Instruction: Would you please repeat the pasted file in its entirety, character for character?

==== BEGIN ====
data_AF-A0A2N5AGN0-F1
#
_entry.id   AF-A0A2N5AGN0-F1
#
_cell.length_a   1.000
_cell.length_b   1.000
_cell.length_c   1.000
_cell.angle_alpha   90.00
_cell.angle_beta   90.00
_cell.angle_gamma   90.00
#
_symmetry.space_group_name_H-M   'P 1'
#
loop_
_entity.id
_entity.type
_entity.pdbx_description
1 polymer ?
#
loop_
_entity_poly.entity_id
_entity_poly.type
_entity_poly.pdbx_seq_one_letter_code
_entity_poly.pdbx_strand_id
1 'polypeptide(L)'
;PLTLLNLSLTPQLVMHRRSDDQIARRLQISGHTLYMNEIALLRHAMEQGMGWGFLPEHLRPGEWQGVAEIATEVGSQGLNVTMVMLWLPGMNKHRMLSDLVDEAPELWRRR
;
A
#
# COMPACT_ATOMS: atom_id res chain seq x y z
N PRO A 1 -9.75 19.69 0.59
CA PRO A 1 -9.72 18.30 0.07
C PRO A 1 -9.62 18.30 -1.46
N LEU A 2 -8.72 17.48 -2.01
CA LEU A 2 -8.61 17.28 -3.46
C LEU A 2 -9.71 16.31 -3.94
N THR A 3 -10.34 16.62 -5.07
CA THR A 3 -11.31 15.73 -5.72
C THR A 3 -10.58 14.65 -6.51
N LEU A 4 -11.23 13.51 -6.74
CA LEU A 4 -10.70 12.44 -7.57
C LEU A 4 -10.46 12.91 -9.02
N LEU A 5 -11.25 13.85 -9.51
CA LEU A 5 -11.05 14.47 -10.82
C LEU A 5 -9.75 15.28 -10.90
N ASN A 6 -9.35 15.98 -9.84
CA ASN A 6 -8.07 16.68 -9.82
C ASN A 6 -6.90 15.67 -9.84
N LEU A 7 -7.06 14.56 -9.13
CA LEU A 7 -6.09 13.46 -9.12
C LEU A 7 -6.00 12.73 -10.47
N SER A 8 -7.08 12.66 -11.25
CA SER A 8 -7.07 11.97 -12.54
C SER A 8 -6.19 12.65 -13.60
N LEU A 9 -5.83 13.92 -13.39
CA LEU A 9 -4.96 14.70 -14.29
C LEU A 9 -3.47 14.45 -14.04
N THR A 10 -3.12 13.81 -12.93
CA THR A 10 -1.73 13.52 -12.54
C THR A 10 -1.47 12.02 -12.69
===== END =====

data_AF-A0A2N5AGN0-F1
#
_entry.id   AF-A0A2N5AGN0-F1
#
_cell.length_a   1.000
_cell.length_b   1.000
_cell.length_c   1.000
_cell.angle_alpha   90.00
_cell.angle_beta   90.00
_cell.angle_gamma   90.00
#
_symmetry.space_group_name_H-M   'P 1'
#
loop_
_entity.id
_entity.type
_entity.pdbx_description
1 polymer ?
#
loop_
_entity_poly.entity_id
_entity_poly.type
_entity_poly.pdbx_seq_one_letter_code
_entity_poly.pdbx_strand_id
1 'polypeptide(L)'
;PLTLLNLSLTPQLVMHRRSDDQIARRLQISGHTLYMNEIALLRHAMEQGMGWGFLPEHLRPGEWQGVAEIATEVGSQGLNVTMVMLWLPGMNKHRMLSDLVDEAPELWRRR
;
A
#
# COMPACT_ATOMS: atom_id res chain seq x y z
N PRO A 1 -9.75 19.69 0.59
CA PRO A 1 -9.72 18.30 0.07
C PRO A 1 -9.62 18.30 -1.46
N LEU A 2 -8.72 17.48 -2.01
CA LEU A 2 -8.61 17.28 -3.46
C LEU A 2 -9.71 16.31 -3.94
N THR A 3 -10.34 16.62 -5.07
CA THR A 3 -11.31 15.73 -5.72
C THR A 3 -10.58 14.65 -6.51
N LEU A 4 -11.23 13.51 -6.74
CA LEU A 4 -10.70 12.44 -7.57
C LEU A 4 -10.46 12.91 -9.02
N LEU A 5 -11.25 13.85 -9.51
CA LEU A 5 -11.05 14.47 -10.82
C LEU A 5 -9.75 15.28 -10.90
N ASN A 6 -9.35 15.98 -9.84
CA ASN A 6 -8.07 16.68 -9.82
C ASN A 6 -6.90 15.67 -9.84
N LEU A 7 -7.06 14.56 -9.13
CA LEU A 7 -6.09 13.46 -9.12
C LEU A 7 -6.00 12.73 -10.47
N SER A 8 -7.08 12.66 -11.25
CA SER A 8 -7.07 11.97 -12.54
C SER A 8 -6.19 12.65 -13.60
N LEU A 9 -5.83 13.92 -13.39
CA LEU A 9 -4.96 14.70 -14.29
C LEU A 9 -3.47 14.45 -14.04
N THR A 10 -3.12 13.81 -12.93
CA THR A 10 -1.73 13.52 -12.54
C THR A 10 -1.47 12.02 -12.69